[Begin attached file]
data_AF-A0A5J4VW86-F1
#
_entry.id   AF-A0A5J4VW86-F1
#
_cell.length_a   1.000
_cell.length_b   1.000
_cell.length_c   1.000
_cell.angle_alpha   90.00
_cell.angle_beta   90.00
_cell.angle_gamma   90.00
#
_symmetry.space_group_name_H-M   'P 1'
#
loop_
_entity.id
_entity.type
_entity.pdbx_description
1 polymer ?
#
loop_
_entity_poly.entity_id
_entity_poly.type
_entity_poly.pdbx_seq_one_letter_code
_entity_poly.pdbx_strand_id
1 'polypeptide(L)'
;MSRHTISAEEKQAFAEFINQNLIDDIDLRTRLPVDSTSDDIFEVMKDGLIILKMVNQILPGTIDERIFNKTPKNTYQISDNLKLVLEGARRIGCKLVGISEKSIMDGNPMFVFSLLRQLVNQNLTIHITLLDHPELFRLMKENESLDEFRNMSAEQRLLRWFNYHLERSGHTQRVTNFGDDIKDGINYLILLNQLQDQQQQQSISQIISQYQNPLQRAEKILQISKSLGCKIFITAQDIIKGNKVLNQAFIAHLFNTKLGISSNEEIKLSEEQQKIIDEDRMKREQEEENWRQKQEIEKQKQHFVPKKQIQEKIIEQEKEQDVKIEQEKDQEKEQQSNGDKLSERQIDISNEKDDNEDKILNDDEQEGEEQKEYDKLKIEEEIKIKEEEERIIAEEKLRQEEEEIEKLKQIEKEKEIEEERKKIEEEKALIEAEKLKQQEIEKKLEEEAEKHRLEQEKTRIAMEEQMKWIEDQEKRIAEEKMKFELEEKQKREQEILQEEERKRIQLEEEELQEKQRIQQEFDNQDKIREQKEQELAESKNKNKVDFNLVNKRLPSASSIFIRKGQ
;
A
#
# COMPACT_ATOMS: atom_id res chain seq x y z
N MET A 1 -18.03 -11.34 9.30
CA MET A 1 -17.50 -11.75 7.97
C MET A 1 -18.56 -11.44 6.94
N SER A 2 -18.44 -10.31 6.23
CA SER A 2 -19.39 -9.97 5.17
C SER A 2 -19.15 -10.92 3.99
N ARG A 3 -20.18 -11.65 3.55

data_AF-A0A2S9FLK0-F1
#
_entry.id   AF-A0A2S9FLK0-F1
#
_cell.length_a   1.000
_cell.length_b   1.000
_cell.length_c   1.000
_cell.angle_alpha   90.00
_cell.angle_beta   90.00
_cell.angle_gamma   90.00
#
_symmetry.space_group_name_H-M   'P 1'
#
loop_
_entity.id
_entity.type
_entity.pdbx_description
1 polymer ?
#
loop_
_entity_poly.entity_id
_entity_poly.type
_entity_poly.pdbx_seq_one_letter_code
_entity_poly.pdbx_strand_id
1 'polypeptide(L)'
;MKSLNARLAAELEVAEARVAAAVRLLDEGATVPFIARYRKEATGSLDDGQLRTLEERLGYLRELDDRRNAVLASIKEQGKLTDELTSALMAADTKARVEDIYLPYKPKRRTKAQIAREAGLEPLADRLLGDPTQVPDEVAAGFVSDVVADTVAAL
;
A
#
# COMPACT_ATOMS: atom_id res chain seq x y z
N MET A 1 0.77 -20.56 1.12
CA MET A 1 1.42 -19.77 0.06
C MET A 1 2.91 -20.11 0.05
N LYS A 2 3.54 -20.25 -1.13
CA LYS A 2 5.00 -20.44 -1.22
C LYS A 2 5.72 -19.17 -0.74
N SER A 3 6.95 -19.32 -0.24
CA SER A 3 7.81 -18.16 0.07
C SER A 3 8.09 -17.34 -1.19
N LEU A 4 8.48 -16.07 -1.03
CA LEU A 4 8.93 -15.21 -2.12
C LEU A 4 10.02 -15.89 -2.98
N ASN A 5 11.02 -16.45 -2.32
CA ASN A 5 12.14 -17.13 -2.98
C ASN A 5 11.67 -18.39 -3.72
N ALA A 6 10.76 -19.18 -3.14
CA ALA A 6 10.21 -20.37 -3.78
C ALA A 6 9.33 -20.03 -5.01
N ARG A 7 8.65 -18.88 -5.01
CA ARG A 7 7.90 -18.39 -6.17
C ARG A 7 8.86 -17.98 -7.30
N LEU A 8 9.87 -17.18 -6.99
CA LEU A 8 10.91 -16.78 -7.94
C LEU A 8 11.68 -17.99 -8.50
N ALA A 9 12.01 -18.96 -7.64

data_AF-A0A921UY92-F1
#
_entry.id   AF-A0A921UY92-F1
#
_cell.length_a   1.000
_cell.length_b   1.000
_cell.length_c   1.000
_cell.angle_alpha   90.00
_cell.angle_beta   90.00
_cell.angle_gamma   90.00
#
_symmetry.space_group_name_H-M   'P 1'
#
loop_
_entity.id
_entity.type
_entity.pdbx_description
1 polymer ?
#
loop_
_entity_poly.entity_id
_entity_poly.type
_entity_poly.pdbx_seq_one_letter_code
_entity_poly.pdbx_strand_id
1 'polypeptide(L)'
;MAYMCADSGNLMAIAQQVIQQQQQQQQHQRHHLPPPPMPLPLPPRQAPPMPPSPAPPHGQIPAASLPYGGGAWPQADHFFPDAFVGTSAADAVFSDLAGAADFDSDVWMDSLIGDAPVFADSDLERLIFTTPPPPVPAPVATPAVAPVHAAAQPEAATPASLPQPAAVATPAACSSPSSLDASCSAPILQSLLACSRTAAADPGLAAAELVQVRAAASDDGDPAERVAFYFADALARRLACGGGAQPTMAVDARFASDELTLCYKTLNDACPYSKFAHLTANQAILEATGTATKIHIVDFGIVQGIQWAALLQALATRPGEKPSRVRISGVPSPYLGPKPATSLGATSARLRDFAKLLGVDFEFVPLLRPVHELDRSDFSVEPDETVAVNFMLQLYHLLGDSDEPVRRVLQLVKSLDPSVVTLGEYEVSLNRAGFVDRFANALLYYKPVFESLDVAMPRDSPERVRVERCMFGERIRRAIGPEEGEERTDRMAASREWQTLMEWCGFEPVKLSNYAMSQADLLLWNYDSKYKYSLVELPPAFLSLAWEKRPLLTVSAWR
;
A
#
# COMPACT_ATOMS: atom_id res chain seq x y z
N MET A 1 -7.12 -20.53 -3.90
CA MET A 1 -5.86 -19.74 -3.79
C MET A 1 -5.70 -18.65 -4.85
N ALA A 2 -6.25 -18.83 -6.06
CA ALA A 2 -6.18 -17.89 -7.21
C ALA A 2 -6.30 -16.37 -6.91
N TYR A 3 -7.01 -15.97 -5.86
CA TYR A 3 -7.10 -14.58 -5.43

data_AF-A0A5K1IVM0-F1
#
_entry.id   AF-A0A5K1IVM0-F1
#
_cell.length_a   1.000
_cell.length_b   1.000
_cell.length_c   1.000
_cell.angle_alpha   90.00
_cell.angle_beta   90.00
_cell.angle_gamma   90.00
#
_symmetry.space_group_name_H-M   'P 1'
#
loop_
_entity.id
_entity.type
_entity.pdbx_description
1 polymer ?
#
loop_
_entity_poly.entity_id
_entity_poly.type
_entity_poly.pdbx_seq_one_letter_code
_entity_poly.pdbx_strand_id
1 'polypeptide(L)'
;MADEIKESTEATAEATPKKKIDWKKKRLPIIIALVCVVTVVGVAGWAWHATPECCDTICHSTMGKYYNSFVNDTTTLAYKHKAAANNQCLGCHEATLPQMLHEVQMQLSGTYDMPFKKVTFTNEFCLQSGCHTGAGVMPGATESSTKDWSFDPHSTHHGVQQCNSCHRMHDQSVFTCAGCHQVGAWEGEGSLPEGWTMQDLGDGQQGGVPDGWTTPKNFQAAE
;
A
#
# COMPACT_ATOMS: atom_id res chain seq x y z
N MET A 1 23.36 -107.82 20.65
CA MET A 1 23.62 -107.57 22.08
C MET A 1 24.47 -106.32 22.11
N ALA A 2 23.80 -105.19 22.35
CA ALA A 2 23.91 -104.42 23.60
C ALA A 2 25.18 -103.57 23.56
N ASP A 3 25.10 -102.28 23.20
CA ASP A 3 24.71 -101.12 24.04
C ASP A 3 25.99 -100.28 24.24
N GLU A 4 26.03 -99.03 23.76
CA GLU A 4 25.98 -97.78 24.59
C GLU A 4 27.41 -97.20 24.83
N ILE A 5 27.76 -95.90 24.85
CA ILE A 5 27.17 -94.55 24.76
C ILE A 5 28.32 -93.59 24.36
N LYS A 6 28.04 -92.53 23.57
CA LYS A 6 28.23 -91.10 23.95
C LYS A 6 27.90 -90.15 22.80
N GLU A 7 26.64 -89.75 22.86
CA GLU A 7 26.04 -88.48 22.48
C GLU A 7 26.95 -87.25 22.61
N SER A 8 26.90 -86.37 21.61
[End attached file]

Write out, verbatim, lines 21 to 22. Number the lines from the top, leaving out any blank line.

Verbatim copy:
_entity_poly.entity_id
_entity_poly.type